Once again, I had to recover to form, finish my NCAA season, and move onto post-collegiate competition chasing that elusive Olmpic ideal.
NCAA Championships went well enough. We did win yet another team title. My teammate and I were significant contributors to the win (1-2 and 2-3 in the 10k and 5k).
Two things still had to happen for me to make that Olympic team in late June: run a fast 5k (faster than 13:29) and finish top three at the Olympic trials. The former was simply not possibly at that point since fast group races were hard to find and I’d missed my early season chance with the salmonella bout. The latter happened after trying unsuccessfully to run very fast *at* those olympic trials. I was top-three, but the olympic deadline was the event itself at the Olympic trials. To make matters even more insulting a local favourite in a field event was allowed to petition to have his event re-run after the medals were handed out as he missed making standard as well. That opened up an opportunity for a legal challenge for every other competitor. This would factor in later. I walked away from those trials making the statement that I would have Olympic standard by July 7. The Winner of my 5k Olympic trials race sued to get the deadline extended to July 6th when he would try to make standard.
I went on to not only run standard, but I set a Canadian record of 13:22. Seven seconds faster than the standard. I was also returning to form and ready to run faster. I returned to Canada to a flurry of press and legal activity. I ended up not being allowed to compete, despite the American Olympic team coach offering to help find the funding if the COC could not find it. Lot was going on and it was focused on the man-made hurdle that was in front of us.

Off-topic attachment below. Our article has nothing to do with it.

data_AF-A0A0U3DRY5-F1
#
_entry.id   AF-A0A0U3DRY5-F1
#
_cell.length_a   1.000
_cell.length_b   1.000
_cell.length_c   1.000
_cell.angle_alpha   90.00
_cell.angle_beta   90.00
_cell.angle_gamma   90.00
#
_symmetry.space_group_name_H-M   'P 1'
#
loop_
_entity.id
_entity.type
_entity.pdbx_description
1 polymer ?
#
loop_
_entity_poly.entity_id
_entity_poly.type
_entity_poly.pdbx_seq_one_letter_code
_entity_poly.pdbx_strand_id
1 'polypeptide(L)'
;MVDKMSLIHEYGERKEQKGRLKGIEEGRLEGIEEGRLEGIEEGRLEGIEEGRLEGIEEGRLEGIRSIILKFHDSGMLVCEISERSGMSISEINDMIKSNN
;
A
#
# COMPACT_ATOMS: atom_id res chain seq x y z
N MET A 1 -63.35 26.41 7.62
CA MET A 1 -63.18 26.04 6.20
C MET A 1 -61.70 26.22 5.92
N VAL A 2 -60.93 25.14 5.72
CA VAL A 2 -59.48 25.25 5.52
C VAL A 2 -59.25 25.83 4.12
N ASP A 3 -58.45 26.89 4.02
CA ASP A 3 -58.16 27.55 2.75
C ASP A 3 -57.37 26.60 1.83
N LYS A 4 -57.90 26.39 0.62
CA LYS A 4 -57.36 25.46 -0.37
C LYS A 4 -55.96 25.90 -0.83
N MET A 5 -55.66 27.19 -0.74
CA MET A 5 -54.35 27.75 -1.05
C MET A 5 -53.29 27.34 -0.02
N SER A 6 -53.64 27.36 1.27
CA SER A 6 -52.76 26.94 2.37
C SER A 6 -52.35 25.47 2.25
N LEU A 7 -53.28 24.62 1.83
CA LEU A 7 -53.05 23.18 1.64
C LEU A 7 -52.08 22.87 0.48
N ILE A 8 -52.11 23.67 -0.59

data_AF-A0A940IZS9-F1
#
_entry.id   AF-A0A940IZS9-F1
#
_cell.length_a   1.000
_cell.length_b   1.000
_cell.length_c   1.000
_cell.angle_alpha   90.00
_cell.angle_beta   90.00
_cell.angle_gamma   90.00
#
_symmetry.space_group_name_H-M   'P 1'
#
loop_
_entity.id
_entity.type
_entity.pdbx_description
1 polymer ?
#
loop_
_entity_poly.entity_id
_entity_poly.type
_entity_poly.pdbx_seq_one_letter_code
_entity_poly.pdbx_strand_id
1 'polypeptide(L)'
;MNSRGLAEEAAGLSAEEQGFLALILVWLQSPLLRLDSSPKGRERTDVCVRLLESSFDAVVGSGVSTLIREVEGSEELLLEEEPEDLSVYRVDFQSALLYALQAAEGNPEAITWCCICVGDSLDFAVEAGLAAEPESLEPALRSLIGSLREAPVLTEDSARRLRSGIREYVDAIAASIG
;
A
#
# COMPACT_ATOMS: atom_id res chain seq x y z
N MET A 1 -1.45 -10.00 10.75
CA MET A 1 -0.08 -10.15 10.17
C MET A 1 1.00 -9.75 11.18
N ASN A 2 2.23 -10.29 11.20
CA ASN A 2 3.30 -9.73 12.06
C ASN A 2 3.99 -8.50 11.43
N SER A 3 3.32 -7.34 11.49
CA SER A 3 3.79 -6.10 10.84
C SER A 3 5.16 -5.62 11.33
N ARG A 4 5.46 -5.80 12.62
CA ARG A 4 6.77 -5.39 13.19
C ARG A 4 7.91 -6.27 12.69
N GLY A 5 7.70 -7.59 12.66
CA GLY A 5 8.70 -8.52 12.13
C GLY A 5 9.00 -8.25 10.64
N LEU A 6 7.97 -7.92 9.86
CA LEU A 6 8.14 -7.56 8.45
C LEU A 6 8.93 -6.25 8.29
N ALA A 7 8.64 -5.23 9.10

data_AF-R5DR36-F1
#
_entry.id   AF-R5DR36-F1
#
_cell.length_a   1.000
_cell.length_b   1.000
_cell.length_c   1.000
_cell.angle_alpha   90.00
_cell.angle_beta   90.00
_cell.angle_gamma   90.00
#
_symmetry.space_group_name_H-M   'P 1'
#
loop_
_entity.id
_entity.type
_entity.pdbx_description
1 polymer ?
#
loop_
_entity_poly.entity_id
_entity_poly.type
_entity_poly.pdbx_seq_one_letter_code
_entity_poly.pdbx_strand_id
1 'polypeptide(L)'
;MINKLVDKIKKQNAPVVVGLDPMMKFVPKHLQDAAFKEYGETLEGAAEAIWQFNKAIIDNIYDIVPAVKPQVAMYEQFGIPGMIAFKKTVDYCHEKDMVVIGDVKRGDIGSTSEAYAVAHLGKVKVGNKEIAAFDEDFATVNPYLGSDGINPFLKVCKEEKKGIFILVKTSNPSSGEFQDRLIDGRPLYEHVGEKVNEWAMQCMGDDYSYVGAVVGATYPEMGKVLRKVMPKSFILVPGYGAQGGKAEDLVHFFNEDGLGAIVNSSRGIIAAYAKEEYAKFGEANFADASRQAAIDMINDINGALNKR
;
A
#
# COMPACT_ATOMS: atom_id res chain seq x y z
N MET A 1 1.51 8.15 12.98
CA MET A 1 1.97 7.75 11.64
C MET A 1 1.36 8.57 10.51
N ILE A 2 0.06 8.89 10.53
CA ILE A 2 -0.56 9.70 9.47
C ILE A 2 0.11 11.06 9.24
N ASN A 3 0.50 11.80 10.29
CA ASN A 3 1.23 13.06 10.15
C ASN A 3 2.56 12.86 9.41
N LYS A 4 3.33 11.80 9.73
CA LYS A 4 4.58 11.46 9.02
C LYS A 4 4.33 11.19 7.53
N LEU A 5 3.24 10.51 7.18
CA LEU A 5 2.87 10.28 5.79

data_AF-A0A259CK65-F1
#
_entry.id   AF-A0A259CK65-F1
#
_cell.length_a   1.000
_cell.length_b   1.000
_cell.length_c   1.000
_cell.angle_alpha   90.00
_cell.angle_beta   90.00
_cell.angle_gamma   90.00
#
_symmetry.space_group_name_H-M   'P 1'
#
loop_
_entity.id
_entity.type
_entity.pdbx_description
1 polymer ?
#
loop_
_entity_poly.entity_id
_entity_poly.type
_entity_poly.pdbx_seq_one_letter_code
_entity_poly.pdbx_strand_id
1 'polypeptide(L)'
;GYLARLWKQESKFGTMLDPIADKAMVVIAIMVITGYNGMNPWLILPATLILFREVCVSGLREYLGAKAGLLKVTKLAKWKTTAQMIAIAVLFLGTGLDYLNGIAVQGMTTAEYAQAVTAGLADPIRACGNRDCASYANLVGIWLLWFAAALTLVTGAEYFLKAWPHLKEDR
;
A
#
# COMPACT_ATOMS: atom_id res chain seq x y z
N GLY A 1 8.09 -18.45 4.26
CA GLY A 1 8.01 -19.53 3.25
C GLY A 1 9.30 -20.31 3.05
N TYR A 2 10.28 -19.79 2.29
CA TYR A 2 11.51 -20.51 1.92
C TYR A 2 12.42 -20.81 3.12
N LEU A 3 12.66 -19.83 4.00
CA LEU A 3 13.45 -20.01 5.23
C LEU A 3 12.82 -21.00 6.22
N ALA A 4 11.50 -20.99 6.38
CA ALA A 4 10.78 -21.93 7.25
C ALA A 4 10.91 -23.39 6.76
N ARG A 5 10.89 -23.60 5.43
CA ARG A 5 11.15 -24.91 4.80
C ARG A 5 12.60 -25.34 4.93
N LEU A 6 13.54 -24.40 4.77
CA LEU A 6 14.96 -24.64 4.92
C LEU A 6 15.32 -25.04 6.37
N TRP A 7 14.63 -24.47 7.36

July 17th. It was two days before the games opening. Then something horrible occurred.
A friend from the U of Arkansas, a retired U of A athlete, and well-loved friend of the team named Dan Gabor was heading to Europe. He was typically travelling to perform tree-ring analysis work for the Geography department, and had gotten a stand-by seat on a trans-Atlantic flight to meet his girlfriend in Paris. It was TWA flight 800. The flight blew up over ocean past Long island. No one survived.
At the point of hearing that we was on the flight it was clear that the lemons I was handling were a very sweet variety compared to the kind I thought I had on my hands. I did not mind missing the games at that point. Disappointed yes, but more opportunities and challenges would arise later on, but I still had my legs, my life, and my future. Dan was gone forever and he *enjoyed* his life and everyone around him. People enjoyed him. He was gone to us now. So how to put the so-called lemons into context?
Each problem was in itself nothing different from any of the successes I was enjoying. A down should be no different from an “up”. They are all challenges.
So I eventually retired with as little fanfare as when I got into the sport, and moved onto many other great and interesting things (to me anyway), and got married and had children. Every lemon has been as enjoyable as everything else that wasn’t. And what I learned from that final lesson is that it’s important to make the most of every day you have no matter how good or bad. If you knew it was your last even a bad day would be a blessing.